I urge you to read over this information. If you have never worked with resin castings before, this text contains important information regarding the proper use of your parts; failure to read and follow this information may result in undesirable results. Critical steps to take as soon as you’re parts arrive. The most often overlooked and most important step to take is to clean the parts of any possible mold release before working with them. I use mold release on some parts to help in the de-molding process. It may be impossible to tell what parts may or may not have mold release on them, it is very important to remove any traces of it from your parts before attempting to paint them.
Mold release is colorless, odorless, and may very well be on the part without showing any signs that it is there. Some parts may also feel ‘greasy’ and this is a definite sign of mold release. Other times it may dry from sitting for a long time on a part and may not be felt or noticed but it will be still there. Dry mold release can be “re-moistened” via the painting process causing all kinds of trouble. Please be sure to follow the steps outlined below. If you do not remove the mold release agent the paint may crack or easily flake off, discolor, orange peel, fish eye, or very possibly, not dry at all. As insurance to your part investment, this step is easy and should not be avoided.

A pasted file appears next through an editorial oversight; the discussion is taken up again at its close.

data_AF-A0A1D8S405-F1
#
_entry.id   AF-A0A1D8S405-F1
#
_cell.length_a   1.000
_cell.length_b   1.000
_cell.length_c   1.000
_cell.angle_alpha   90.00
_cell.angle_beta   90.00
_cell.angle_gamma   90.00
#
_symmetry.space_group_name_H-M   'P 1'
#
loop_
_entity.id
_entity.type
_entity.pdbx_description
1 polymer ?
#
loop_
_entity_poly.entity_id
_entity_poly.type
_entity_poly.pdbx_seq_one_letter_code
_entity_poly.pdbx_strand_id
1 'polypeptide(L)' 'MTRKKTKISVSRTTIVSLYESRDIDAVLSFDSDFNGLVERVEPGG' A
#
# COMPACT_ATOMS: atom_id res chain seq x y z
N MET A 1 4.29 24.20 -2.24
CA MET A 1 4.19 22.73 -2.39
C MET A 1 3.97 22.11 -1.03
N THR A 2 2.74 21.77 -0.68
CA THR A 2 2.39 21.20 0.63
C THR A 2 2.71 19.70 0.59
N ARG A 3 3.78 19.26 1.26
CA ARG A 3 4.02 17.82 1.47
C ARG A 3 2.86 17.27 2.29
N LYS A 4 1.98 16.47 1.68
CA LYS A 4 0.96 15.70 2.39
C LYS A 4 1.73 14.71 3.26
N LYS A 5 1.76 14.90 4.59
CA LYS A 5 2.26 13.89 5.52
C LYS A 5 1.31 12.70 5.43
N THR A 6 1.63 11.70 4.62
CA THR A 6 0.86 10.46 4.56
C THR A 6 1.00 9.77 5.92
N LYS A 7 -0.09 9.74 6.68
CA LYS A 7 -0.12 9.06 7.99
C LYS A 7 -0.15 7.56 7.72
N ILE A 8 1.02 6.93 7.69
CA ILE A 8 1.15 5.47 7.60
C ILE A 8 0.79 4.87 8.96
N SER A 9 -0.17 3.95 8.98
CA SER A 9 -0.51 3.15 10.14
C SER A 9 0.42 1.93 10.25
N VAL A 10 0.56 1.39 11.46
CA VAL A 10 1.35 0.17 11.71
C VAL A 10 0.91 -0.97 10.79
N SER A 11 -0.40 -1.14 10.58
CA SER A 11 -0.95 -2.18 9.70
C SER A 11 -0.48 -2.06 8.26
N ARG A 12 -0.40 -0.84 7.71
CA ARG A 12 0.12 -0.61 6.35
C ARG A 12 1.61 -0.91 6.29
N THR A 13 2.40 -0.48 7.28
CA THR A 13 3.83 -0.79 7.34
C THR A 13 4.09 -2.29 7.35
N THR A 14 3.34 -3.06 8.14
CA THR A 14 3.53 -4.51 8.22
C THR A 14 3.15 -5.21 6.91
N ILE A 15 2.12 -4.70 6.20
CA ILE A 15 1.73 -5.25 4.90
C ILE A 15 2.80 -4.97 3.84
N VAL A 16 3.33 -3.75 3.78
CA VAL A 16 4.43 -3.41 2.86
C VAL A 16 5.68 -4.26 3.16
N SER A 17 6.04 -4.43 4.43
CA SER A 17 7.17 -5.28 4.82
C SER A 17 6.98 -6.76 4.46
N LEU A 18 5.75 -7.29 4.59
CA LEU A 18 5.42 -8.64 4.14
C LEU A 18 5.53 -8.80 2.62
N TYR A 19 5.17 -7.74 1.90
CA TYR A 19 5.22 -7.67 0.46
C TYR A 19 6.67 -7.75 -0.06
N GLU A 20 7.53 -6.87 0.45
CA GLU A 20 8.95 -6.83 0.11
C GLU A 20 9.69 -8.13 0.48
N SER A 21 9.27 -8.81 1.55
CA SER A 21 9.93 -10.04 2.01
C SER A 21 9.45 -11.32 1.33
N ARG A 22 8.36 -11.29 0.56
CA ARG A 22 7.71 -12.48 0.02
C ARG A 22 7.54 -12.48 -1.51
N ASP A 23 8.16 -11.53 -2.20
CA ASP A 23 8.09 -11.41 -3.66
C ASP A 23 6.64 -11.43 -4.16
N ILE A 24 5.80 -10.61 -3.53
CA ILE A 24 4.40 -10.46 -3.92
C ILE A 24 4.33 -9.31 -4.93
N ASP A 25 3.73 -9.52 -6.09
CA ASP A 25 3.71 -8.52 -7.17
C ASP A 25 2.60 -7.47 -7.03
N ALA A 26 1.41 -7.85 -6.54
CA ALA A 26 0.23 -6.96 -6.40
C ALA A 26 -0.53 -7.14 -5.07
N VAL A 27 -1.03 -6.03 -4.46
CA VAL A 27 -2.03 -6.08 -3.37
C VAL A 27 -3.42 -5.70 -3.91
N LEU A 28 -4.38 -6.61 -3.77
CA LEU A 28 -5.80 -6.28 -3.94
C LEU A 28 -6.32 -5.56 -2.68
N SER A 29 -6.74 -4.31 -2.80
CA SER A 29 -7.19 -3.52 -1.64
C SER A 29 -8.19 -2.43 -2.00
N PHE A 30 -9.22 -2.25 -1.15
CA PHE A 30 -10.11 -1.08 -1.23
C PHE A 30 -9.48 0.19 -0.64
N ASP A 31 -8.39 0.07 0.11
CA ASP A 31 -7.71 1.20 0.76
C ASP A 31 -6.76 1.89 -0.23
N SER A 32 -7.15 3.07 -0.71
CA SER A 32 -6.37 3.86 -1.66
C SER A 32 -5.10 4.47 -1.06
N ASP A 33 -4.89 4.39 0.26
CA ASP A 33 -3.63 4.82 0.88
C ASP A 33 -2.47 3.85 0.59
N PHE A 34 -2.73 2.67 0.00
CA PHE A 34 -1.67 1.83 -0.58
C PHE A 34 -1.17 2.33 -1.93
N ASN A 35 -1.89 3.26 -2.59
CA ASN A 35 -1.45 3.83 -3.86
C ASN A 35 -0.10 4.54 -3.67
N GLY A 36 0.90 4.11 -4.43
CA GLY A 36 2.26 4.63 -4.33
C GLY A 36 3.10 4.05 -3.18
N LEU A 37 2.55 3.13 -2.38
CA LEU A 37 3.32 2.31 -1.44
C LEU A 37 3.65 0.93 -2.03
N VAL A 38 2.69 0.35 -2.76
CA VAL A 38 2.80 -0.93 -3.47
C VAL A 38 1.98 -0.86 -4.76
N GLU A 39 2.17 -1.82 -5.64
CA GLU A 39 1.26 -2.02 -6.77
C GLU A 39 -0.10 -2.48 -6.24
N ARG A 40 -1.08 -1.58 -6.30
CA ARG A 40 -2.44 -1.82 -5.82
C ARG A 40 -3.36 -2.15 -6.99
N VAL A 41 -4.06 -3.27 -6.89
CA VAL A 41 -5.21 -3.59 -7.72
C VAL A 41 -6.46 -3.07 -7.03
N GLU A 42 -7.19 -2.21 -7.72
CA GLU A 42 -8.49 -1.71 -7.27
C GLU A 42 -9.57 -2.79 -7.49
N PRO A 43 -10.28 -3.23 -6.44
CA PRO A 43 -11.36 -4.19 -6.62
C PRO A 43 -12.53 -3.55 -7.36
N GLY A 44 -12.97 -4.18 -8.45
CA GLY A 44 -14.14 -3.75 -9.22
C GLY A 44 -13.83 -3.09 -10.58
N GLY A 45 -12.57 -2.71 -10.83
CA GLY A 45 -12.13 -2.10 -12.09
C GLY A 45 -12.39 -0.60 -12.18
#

Resin Cleaning Tips
This is how to remove mold release from your parts. Assemble your materials needed to clean your parts. You will need a bath towel, cotton balls, Bleach White tire cleaner, rubber gloves, a bottle of isopropyl rubbing alcohol (70% or 90%), dish soap preferably Dawn without hand softening agents, a roll of paper towels and a toothbrush.
Liberally spray bleach white on parts and let soak several minutes, longer the better, rinse in warm water. Use a paper towel to remove excess water. Use one cotton ball or heavy duty paper towel soaked with alcohol per resin part, using the cotton ball now soaked with rubbing alcohol wipe down the resin part in a circular motion to break loose any mold release. For small parts just pour a little alcohol in a container and soak parts for a minute or two. While the part is still wet with rubbing alcohol, place it into the sink and proceed to wash it like you would your dinner dishes using the toothbrush and soapy water. Rinse well and dry thoroughly before priming.
Here is a tip about using primer on resin parts. I strongly recommend that you use a sand-able automotive primer. I personally use Plastikote sand-able automotive primer on all my castings with great results. I usually decant my paint and primers to separate bottles to be applied by air-brush. Start with a light mist coat, let dry for about half hour then prime as usual to fill any imperfections. Recently I have been having trouble finding PlastiKote Primer, I have found that Harbor Freight has a primer called Iron Armor which sands very nice and sticks well to resin.